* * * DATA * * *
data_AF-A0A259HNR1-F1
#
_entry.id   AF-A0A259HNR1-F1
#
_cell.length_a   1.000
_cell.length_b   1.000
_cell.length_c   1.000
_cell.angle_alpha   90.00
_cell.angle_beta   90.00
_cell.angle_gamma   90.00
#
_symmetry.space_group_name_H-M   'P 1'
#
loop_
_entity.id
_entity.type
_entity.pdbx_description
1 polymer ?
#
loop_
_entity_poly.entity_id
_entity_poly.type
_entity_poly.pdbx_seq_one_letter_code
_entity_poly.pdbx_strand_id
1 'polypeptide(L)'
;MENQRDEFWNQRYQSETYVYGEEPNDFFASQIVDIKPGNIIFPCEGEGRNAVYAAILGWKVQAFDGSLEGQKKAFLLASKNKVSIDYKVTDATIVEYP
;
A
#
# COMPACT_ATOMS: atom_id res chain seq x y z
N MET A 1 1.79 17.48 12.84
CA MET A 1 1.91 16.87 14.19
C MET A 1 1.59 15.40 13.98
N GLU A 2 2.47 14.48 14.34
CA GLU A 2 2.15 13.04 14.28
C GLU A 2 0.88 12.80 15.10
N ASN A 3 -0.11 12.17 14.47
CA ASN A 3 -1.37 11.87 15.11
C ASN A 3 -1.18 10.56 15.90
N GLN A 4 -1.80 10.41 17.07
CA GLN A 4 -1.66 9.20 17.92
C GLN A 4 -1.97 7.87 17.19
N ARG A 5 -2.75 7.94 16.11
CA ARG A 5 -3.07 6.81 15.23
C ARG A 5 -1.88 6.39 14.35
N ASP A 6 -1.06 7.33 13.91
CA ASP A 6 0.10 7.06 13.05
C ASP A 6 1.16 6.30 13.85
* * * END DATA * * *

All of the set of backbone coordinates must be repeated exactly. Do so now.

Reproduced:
data_AF-A0A259HNR1-F1
#
_entry.id   AF-A0A259HNR1-F1
#
_cell.length_a   1.000
_cell.length_b   1.000
_cell.length_c   1.000
_cell.angle_alpha   90.00
_cell.angle_beta   90.00
_cell.angle_gamma   90.00
#
_symmetry.space_group_name_H-M   'P 1'
#
loop_
_entity.id
_entity.type
_entity.pdbx_description
1 polymer ?
#
loop_
_entity_poly.entity_id
_entity_poly.type
_entity_poly.pdbx_seq_one_letter_code
_entity_poly.pdbx_strand_id
1 'polypeptide(L)'
;MENQRDEFWNQRYQSETYVYGEEPNDFFASQIVDIKPGNIIFPCEGEGRNAVYAAILGWKVQAFDGSLEGQKKAFLLASKNKVSIDYKVTDATIVEYP
;
A
#
# COMPACT_ATOMS: atom_id res chain seq x y z
N MET A 1 1.79 17.48 12.84
CA MET A 1 1.91 16.87 14.19
C MET A 1 1.59 15.40 13.98
N GLU A 2 2.47 14.48 14.34
CA GLU A 2 2.15 13.04 14.28
C GLU A 2 0.88 12.80 15.10
N ASN A 3 -0.11 12.17 14.47
CA ASN A 3 -1.37 11.87 15.11
C ASN A 3 -1.18 10.56 15.90
N GLN A 4 -1.80 10.41 17.07
CA GLN A 4 -1.66 9.20 17.92
C GLN A 4 -1.97 7.87 17.19
N ARG A 5 -2.75 7.94 16.11
CA ARG A 5 -3.07 6.81 15.23
C ARG A 5 -1.88 6.39 14.35
N ASP A 6 -1.06 7.33 13.91
CA ASP A 6 0.10 7.06 13.05
C ASP A 6 1.16 6.30 13.85